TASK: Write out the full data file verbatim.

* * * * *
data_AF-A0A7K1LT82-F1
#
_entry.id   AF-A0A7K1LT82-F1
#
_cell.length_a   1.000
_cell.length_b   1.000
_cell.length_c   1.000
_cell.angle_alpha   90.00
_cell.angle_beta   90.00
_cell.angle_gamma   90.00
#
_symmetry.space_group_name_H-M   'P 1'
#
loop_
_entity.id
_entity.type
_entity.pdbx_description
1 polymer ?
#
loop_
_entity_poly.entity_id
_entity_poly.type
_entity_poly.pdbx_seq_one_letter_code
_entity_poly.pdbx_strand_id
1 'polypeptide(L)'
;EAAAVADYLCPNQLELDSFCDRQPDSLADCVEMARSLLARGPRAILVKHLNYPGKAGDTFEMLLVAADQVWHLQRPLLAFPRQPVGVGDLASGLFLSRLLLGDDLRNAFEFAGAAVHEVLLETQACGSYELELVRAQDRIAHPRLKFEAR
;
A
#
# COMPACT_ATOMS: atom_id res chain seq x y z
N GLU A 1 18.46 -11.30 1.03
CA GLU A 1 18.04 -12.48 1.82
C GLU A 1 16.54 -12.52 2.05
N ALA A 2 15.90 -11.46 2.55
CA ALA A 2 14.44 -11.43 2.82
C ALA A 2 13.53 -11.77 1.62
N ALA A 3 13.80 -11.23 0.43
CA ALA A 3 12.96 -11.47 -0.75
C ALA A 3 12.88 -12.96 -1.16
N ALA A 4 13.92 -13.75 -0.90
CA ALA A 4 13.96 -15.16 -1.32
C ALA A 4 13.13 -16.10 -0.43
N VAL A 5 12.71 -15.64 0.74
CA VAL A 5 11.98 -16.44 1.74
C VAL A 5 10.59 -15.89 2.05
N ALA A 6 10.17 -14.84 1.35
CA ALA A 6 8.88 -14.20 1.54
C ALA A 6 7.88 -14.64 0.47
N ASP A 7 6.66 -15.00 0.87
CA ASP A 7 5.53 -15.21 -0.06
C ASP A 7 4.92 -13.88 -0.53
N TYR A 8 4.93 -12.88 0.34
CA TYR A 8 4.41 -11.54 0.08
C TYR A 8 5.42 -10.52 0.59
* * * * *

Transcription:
data_AF-A0A7K1LT82-F1
#
_entry.id   AF-A0A7K1LT82-F1
#
_cell.length_a   1.000
_cell.length_b   1.000
_cell.length_c   1.000
_cell.angle_alpha   90.00
_cell.angle_beta   90.00
_cell.angle_gamma   90.00
#
_symmetry.space_group_name_H-M   'P 1'
#
loop_
_entity.id
_entity.type
_entity.pdbx_description
1 polymer ?
#
loop_
_entity_poly.entity_id
_entity_poly.type
_entity_poly.pdbx_seq_one_letter_code
_entity_poly.pdbx_strand_id
1 'polypeptide(L)'
;EAAAVADYLCPNQLELDSFCDRQPDSLADCVEMARSLLARGPRAILVKHLNYPGKAGDTFEMLLVAADQVWHLQRPLLAFPRQPVGVGDLASGLFLSRLLLGDDLRNAFEFAGAAVHEVLLETQACGSYELELVRAQDRIAHPRLKFEAR
;
A
#
# COMPACT_ATOMS: atom_id res chain seq x y z
N GLU A 1 18.46 -11.30 1.03
CA GLU A 1 18.04 -12.48 1.82
C GLU A 1 16.54 -12.52 2.05
N ALA A 2 15.90 -11.46 2.55
CA ALA A 2 14.44 -11.43 2.82
C ALA A 2 13.53 -11.77 1.62
N ALA A 3 13.80 -11.23 0.43
CA ALA A 3 12.96 -11.47 -0.75
C ALA A 3 12.88 -12.96 -1.16
N ALA A 4 13.92 -13.75 -0.90
CA ALA A 4 13.96 -15.16 -1.32
C ALA A 4 13.13 -16.10 -0.43
N VAL A 5 12.71 -15.64 0.74
CA VAL A 5 11.98 -16.44 1.74
C VAL A 5 10.59 -15.89 2.05
N ALA A 6 10.17 -14.84 1.35
CA ALA A 6 8.88 -14.20 1.54
C ALA A 6 7.88 -14.64 0.47
N ASP A 7 6.66 -15.00 0.87
CA ASP A 7 5.53 -15.21 -0.06
C ASP A 7 4.92 -13.88 -0.53
N TYR A 8 4.93 -12.88 0.34
CA TYR A 8 4.41 -11.54 0.08
C TYR A 8 5.42 -10.52 0.59